At that time, people weren’t up on hip-hop like that quite yet; it was still pretty underground. You had to know where to go to find a DJ spinning hip-hop. And chances are, if you knew about it, you knew it was the only spot in town where you could go to hear that type of music. Not to mention the fact that that one and only spot was probably members only. You had to be affiliated with a crew to gain access. If you weren’t a part of a tagging crew, a breaking crew, or one of the emcees or DJs, chances were you didn’t even know about it. But, back to disco. It started mainly on the east coast in the late 60’s. By the early 70’s disco had cross-pollinated and spread like wild fire all over the globe. Most popular soul and funk acts like Earth, Wind & Fire and The Bar-kays soon jumped ship and found themselves chin deep in the disco trend. Unfortunately, like most fads, disco was finished quicker than morning coffee and soon disappeared from the radar. For the most part, I think the public wanted it that way. Disco Demolition Night, a promotional event that took place on Thursday, July 12, 1979, at Comiskey Park in Chicago, Illinois, was in part to blame for the end of an era. However, industry folk and even many consumers talked about the decline of the genre long before this event took place.  

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Bill Withers Interview on the Sound of Young America

Posted by Miss Ess, July 7, 2009 05:08pm | Post a Comment
Have you, like me, been wondering where Bill Withers has been for the past few decades, and what he's been up to? If so, please check out this fantastic, brand new interview with Withers by Jesse Thorn on his consistantly awesome radio show, The Sound of Young America. You can listen to the show right here!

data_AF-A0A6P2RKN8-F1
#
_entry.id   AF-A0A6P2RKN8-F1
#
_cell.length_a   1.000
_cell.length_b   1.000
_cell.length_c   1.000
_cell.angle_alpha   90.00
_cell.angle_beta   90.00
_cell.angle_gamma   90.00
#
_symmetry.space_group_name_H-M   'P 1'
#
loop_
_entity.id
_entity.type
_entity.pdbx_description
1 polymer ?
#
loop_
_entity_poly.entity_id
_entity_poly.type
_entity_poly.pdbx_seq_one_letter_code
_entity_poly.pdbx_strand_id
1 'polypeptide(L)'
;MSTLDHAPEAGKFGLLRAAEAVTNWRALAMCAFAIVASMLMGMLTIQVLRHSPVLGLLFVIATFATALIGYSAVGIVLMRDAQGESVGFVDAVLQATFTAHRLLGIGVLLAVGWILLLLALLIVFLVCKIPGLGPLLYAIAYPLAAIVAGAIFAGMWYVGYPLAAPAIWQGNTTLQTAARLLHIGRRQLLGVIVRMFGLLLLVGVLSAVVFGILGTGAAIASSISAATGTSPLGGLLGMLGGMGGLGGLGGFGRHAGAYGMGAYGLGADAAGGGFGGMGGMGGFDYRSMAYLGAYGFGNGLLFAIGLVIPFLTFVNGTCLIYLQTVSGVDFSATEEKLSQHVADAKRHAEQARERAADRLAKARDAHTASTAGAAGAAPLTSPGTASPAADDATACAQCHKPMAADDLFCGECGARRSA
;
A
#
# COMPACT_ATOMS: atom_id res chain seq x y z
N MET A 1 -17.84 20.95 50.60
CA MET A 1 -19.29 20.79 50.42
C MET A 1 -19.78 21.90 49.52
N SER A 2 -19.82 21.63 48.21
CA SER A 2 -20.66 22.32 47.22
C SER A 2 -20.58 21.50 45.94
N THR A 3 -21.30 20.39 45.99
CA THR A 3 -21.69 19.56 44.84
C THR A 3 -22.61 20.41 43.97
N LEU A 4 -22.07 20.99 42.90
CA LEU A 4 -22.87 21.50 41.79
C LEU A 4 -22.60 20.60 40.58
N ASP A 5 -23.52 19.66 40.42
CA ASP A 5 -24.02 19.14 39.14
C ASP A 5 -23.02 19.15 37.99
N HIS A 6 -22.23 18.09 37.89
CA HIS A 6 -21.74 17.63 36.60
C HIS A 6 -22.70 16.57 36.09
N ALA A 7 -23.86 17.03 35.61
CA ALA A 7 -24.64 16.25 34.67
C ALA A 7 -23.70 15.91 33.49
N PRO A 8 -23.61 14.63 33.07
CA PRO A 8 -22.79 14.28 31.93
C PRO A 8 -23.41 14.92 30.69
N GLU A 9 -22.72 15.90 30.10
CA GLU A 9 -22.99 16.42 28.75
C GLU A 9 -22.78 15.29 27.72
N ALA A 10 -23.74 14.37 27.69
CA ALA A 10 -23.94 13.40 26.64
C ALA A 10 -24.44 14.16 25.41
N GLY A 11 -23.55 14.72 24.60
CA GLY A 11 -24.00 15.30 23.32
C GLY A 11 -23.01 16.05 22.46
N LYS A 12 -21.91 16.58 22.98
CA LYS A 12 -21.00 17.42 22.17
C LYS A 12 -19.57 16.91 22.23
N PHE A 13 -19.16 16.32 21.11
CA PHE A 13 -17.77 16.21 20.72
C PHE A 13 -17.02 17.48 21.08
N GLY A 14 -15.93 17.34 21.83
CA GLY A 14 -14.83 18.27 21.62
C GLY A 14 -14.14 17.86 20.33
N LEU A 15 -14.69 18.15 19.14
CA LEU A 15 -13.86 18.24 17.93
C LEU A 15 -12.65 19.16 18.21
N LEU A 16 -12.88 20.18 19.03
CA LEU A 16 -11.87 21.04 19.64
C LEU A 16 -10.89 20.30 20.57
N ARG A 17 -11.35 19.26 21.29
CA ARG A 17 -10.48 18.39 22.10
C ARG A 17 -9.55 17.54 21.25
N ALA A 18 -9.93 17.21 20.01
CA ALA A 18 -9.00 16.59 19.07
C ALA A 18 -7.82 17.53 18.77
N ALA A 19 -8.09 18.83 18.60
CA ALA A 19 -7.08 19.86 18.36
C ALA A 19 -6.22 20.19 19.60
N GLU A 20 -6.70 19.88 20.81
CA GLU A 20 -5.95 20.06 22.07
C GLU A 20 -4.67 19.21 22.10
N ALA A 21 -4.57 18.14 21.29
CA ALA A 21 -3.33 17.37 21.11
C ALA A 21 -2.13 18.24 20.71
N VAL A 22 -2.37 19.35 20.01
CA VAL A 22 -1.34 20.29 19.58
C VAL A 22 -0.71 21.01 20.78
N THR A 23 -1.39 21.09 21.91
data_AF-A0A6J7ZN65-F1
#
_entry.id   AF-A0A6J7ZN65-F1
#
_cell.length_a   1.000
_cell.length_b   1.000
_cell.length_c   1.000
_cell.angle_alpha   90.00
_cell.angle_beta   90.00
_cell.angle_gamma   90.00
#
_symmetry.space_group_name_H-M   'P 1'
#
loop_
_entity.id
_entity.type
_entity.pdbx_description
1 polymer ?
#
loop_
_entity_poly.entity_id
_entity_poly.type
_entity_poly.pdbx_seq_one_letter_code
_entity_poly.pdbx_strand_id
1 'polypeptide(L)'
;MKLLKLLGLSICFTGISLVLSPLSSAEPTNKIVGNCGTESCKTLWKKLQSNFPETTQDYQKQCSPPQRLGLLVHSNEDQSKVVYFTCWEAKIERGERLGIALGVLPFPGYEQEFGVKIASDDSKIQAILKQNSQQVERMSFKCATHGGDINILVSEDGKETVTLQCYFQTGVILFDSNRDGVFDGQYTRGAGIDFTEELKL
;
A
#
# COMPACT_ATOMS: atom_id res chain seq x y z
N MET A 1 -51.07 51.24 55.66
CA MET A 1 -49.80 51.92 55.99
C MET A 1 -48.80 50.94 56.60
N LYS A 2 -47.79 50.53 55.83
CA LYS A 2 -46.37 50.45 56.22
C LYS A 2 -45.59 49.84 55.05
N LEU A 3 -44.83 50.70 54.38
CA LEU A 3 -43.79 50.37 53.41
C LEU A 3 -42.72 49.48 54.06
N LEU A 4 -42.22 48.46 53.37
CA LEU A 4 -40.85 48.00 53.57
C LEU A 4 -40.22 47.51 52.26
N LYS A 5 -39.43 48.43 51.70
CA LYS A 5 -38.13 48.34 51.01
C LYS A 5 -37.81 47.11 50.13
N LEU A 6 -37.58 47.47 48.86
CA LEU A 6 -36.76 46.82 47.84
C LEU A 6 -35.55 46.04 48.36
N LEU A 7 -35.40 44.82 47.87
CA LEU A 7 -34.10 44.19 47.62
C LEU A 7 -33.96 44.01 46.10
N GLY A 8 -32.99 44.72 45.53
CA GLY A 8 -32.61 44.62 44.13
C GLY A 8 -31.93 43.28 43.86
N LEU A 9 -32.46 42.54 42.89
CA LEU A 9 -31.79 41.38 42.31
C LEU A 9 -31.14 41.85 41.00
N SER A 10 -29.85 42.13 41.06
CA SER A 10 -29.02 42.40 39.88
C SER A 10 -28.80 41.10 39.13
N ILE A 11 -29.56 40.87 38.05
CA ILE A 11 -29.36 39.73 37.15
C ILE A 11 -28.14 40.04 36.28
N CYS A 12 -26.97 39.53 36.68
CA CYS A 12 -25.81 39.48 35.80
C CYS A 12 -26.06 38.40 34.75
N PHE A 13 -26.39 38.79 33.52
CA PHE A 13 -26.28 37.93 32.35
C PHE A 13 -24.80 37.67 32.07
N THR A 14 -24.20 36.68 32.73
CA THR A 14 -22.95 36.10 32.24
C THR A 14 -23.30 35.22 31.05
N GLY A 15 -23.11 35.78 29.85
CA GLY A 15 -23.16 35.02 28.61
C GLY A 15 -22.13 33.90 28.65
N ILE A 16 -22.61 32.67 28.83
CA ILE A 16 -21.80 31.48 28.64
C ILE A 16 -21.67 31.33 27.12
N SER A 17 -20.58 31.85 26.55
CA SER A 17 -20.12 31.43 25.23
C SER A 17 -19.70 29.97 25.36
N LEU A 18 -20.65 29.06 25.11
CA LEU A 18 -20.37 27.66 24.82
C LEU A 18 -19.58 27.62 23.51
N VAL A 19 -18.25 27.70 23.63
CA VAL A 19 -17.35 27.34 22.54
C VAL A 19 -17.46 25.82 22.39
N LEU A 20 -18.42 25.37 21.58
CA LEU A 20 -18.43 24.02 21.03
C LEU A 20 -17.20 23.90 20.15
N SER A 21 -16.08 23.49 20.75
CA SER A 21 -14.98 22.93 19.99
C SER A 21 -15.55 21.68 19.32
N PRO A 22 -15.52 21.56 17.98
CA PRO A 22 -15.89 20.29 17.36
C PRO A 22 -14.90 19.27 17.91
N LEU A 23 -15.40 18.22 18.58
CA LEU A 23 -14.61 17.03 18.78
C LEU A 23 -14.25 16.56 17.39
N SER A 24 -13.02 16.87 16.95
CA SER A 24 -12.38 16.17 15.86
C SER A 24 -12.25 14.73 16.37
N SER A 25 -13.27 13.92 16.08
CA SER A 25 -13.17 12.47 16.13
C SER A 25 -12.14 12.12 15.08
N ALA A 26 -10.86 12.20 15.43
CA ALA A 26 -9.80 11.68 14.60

The Sound of Young America


Bill Withers' songs are timeless, achingly beautiful and some of the very best out thbill withersere, as far as I'm concerned. In the interview, among other things, he describes his involvement in the upcoming concert film Soul Power, documenting a 1974 Zaire music festival, where he got to hang out with the likes of James Brown, Muhammad Ali and Don King!

Withers' notable albums include Just As I Am (1971), Still Bill (1972), +Justments (1974), and several others.

There is something so simply powerful about his songs, particularly watching him play live -- an undeniably excellent, unique songwriter. Please check out "Grandma's Hands":


and here's another favorite, "Use Me":

California Fool's Gold -- Exploring Cypress Park

Posted by Eric Brightwell, July 7, 2009 05:00pm | Post a Comment
In this installment of the Los Angeles neighborhood blog, we visit Cypress Park. To vote for the neighborhood you think I should visit next, go here or to vote for a Los Angeles County community you'd like to see covered, go here. To vote for Orange County neighborhoods, vote here.

Cypress Park
The western entry into the neighborhood

Cypress Park is a neighborhood in northeast Los Angeles hemmed in by Mt. Washington to the northeast, the LA River on the southwest and Lincoln Heights to the south.
Map of Northeast LA Map of Cypress Park
Pendersleigh & Sons' Official Maps of Northeast Los Angeles and Cypress Park

At Division and San  Fernando, it shares a short border with Glassell Park. At Marmion and Figueroa, it shares an even shorter border with Highland Park.

A view of Cypress Park from Frogtown with Mt. Washington in the background